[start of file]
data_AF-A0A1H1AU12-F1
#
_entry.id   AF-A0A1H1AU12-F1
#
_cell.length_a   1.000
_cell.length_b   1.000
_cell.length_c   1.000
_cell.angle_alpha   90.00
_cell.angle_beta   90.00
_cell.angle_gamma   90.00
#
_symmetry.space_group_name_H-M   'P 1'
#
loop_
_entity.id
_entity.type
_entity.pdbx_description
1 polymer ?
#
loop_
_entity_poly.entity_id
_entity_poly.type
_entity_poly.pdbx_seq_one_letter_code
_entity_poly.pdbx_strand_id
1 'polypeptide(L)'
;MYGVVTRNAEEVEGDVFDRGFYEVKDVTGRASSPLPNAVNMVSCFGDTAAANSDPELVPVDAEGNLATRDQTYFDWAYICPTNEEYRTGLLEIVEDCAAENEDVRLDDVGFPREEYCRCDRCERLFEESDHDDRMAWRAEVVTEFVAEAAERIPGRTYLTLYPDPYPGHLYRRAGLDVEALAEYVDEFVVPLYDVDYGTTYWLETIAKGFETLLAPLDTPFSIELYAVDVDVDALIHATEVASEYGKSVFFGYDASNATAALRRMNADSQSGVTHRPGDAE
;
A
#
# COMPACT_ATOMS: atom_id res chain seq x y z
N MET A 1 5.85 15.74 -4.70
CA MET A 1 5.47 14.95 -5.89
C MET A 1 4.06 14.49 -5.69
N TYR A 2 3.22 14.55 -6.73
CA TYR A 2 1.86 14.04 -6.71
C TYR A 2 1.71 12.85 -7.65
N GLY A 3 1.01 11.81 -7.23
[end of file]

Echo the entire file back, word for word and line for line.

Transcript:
data_AF-A0A1H1AU12-F1
#
_entry.id   AF-A0A1H1AU12-F1
#
_cell.length_a   1.000
_cell.length_b   1.000
_cell.length_c   1.000
_cell.angle_alpha   90.00
_cell.angle_beta   90.00
_cell.angle_gamma   90.00
#
_symmetry.space_group_name_H-M   'P 1'
#
loop_
_entity.id
_entity.type
_entity.pdbx_description
1 polymer ?
#
loop_
_entity_poly.entity_id
_entity_poly.type
_entity_poly.pdbx_seq_one_letter_code
_entity_poly.pdbx_strand_id
1 'polypeptide(L)'
;MYGVVTRNAEEVEGDVFDRGFYEVKDVTGRASSPLPNAVNMVSCFGDTAAANSDPELVPVDAEGNLATRDQTYFDWAYICPTNEEYRTGLLEIVEDCAAENEDVRLDDVGFPREEYCRCDRCERLFEESDHDDRMAWRAEVVTEFVAEAAERIPGRTYLTLYPDPYPGHLYRRAGLDVEALAEYVDEFVVPLYDVDYGTTYWLETIAKGFETLLAPLDTPFSIELYAVDVDVDALIHATEVASEYGKSVFFGYDASNATAALRRMNADSQSGVTHRPGDAE
;
A
#
# COMPACT_ATOMS: atom_id res chain seq x y z
N MET A 1 5.85 15.74 -4.70
CA MET A 1 5.47 14.95 -5.89
C MET A 1 4.06 14.49 -5.69
N TYR A 2 3.22 14.55 -6.73
CA TYR A 2 1.86 14.04 -6.71
C TYR A 2 1.71 12.85 -7.65
N GLY A 3 1.01 11.81 -7.23